AA makes plea for fuel tax rethink as diesel duty rises 6p a litre in a year
The organisation's figures show that a litre of petrol, now costing on average 132.61p a litre, generates 22.10p in VAT, up 4.94p from a year ago. Petrol then cost 115.25p, with 17.5% VAT producing 17.16p a litre tax for the Government.
VAT from diesel has risen from 17.29p a litre a year ago to 23.10p now, up 5.81p a litre, reflecting prices that average 138.60p now compared to 116.11p this time last year.
As a result, the AA says that the Government is already seeing a substantial additional income from rising fuel prices and should rethink the fuel duty rise planned for 1 April.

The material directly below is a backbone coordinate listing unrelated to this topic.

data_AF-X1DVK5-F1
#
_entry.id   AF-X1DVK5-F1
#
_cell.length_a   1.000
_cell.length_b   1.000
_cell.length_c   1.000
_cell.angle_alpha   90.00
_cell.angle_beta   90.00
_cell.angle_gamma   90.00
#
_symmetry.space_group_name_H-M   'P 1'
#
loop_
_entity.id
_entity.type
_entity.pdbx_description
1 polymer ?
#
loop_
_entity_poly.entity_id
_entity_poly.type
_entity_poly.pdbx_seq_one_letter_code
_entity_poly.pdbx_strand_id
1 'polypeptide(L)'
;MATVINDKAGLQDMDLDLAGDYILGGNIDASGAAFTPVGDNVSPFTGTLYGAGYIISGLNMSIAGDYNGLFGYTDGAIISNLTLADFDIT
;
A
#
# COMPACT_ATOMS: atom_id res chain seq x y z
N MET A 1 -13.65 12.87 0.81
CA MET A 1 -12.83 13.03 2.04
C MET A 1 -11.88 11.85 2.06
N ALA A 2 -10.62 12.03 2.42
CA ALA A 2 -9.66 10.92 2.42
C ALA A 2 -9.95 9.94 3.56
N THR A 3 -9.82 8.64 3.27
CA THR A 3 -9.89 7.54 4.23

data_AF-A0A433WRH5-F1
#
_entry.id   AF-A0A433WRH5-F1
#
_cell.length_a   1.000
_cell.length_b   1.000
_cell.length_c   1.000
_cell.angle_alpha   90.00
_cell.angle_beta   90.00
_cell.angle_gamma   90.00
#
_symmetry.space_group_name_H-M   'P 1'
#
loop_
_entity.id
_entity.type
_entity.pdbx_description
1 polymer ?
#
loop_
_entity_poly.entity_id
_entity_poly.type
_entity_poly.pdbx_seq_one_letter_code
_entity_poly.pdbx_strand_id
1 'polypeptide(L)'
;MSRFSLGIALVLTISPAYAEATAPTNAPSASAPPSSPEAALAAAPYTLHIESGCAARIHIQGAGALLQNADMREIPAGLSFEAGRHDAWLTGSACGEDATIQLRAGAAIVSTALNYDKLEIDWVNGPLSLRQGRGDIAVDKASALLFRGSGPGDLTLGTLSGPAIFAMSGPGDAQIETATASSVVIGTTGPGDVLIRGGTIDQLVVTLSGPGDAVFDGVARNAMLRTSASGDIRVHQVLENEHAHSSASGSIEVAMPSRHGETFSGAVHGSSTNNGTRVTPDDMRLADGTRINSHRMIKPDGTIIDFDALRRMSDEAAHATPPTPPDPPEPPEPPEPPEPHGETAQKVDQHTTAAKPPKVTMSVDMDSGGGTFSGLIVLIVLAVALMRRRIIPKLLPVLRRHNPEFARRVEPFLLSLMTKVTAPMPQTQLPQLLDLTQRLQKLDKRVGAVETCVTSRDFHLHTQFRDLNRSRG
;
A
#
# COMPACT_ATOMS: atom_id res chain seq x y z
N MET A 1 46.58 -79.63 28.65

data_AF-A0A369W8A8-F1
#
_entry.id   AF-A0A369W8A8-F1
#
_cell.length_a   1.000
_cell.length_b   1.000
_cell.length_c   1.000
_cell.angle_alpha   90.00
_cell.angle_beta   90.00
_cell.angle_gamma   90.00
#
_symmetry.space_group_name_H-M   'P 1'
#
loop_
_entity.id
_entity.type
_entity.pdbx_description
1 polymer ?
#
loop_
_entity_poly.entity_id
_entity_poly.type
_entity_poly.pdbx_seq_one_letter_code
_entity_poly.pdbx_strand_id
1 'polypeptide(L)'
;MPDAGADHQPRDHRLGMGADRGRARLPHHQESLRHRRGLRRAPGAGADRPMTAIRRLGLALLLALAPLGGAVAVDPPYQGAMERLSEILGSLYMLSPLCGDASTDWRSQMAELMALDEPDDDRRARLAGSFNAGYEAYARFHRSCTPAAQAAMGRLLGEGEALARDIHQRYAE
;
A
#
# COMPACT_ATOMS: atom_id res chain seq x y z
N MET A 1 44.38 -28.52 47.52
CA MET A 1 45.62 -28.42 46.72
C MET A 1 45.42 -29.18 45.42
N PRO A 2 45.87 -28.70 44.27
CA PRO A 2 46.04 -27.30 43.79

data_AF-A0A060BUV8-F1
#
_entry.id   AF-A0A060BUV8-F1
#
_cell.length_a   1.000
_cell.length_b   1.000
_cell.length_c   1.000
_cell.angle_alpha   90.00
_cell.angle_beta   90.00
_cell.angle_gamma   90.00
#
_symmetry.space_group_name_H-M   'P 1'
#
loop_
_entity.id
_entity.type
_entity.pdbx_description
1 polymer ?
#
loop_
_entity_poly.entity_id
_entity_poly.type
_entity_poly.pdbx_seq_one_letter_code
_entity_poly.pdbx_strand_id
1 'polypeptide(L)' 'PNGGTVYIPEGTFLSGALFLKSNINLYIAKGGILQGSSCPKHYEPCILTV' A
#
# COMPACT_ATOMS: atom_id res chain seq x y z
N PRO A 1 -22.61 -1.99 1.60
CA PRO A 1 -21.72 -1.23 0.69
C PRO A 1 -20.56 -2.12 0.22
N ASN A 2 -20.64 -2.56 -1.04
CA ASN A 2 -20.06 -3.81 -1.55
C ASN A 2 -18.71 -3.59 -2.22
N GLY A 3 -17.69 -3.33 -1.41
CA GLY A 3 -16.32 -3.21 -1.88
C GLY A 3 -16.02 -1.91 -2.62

Edmund King, the AA's president, said: 'With rising pump prices bringing in even more additional VAT income, the Government would still enjoy the significant boost to national finances without pushing ahead with the fuel duty increase on 1 April. With many drivers already forced to cut back on car use and petrol sales down by at least 3.4%, the fuel duty increase will not only push more drivers into road fuel poverty but undermine fuel duty revenue.'
He added: 'The last government predicted a £0.2 billion fall in fuel duty receipts from higher pump prices 2009-10, but still went ahead with a fuel duty escalator. They expected that receipts from 2010 onwards would fall another £0.7 billion a year if oil prices rose $20 or more a barrel.
'Drivers hope that the Coalition Government will recognise in next week's Budget that a further fuel duty increase on top of soaring pump prices will weaken demand and hit the economy. '